The sloppier and more careless you are with scenery, the better things look a lot of the time 😁  It shouldn't be hard to see what some brown mixed into or over the black/grey here and there would have done to change the granite rock into more of a sandstone. (The plateau actually has had some dirty brown brush water poured on and spread around a few times as more "imported dust" from within the mine next to it.)


Ok, I drybrushed some copper and gold here, very subtle.IMG_20180919_224453

Without shading, the colors will take on a much more 2-d appearance.  I did this without back shading and spent a lot more time touching up edges and retouching to get nice lines without color bleed.  The fade&feather is more forgiving than a slightly off masked line imo.. (tunnel is also the pit cover. Grass on one side, mud on the other) Hard to see, but a grey&black roadbed is there too.IMG_20161221_043224-1

It seems I don't have a photo of "before grass mat" was rolled out on the larger 4.5x9. ... I might be back with one..... and to tempt you with more foam 


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@Adriatic posted:

 The worst part is waiting for it to dry between coats. I usually did one color a night, maybe two, no hurry.

Handy tip for all, you can speed up the drying process if desired by setting a fan to blow across the work.  Paint or glue or anything else that needs to air-dry.  Even letting a fan run overnight will have things a lot drier first thing the next morning than if a fan hadn't been used (ballasting track with 50/50 white glue & water mix would be one such good example for overnight drying).

Last edited by Mixed Freight

What's kinda cool above I hadn't mentioned is some of the green tint seen on the upright, is actually copper playing with the camera and showing as green. (old copper tarnishes green)

Note I broke every "rule" with seams and flat surfaces vs stacking on the plateau footings, etc.  It's still OK imo. A learning experiment I've left alone. Another angle.IMG_20180917_220352


You mentioned interest in deserts? It's not grass, but you can see how the base and later layers change things about each top coats shading.IMG_20200224_153521~3IMG_20200227_033019IMG_20200228_074804~2IMG_20200228_132825~2IMG_20200228_141715~2

Blue&grey stripes, dark brown down low & sand highlights & on top added (the yellow of sand tone is really popping extra here)IMG_20200228_164440~2

You can't paint straight on a surface like this, you just add a color here and there to hide some of another. Short bursts of work and an admitted smaller brush here about 3/8" squared flat brush mostly.  You can skip the "painted rock" type lines or use wider bands or one color band, etc.   (this was actually inspired more by Michigans "Painted Rocks" on Lake Superior vs any desert version.)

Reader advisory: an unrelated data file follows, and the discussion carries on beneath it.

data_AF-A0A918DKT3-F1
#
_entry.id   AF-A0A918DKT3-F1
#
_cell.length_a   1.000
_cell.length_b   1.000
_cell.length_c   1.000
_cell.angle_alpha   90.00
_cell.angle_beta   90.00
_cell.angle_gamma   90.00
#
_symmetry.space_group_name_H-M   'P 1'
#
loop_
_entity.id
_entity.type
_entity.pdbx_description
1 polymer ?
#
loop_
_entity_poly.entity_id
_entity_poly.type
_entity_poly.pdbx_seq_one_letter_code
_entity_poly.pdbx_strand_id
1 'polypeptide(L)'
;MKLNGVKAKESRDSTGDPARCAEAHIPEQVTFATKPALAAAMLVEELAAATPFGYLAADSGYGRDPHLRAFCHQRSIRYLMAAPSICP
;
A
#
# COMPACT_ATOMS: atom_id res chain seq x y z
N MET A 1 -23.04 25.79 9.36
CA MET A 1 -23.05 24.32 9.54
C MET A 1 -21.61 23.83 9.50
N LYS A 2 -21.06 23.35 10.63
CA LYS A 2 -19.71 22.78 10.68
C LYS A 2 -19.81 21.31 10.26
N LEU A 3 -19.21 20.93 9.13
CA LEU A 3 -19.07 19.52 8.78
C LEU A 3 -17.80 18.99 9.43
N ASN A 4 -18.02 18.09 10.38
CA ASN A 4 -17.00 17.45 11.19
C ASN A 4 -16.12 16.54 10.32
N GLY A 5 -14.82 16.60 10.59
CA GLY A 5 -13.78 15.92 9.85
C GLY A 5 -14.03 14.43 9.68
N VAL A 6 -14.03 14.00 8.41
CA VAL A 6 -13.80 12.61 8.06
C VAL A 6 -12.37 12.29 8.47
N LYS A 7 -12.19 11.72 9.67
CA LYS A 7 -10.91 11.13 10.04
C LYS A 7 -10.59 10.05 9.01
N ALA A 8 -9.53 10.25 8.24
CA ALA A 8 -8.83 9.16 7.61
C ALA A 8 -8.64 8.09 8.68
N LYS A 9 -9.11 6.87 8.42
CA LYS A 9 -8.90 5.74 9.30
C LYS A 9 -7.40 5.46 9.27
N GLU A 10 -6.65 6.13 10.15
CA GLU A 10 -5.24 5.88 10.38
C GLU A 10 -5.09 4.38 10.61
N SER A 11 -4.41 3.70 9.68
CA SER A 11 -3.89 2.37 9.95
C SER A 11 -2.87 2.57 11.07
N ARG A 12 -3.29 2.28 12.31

A wash of dirty black/brown brushwater takes away the fresh look where paint to too clean to look "right".  If you look close you can still see the base colors and more "solid sandstone" high areas with whiter, grayer base from this angle, lows have a darker sandstone shade and pores. The "harder" grey stone ramp had an extra strong sand brown wash before the dulling grime.


It's just not hard to get a result you might be able to live with. (more "3 color" foam carving.(four w/the red brick wall, added later.)  It holds a ceramic castle lamp and a heavier Santa sleigh (counter weight) and flying R.deer team. maybe 3lbs ontop of a "feather", and not a wobble.  The grass here is a small fleece throw blànket, baby size at about 40"sq. "Moss" is missed dust .


The buildings are foam boxes, squares were there. I added the balcony with a piece of excess box. The brown wood is just streaky paint on yellow paper glued to a matchstick and that glued into each opening. The yellow building is fancy, and has plastic windows over black, glued on the low half, and yellow kickwall is held on the glass with silver pinstripe to hide that. The balcony's kickwalls and frames are all just yellow construction paper.(Lionel sign is a magnet, glass door center is pinstripe, door awning is an aluminum scrap. Light comes thru a hole in the back).  Yea. the buildings/plateau etc went fast, the layouts crispness was harder work. I am trying to find less toyish painted grass shots too. (I think my style is sort of Rankin&Bass makes a "Tool" music video while visiting folk art festivals ) )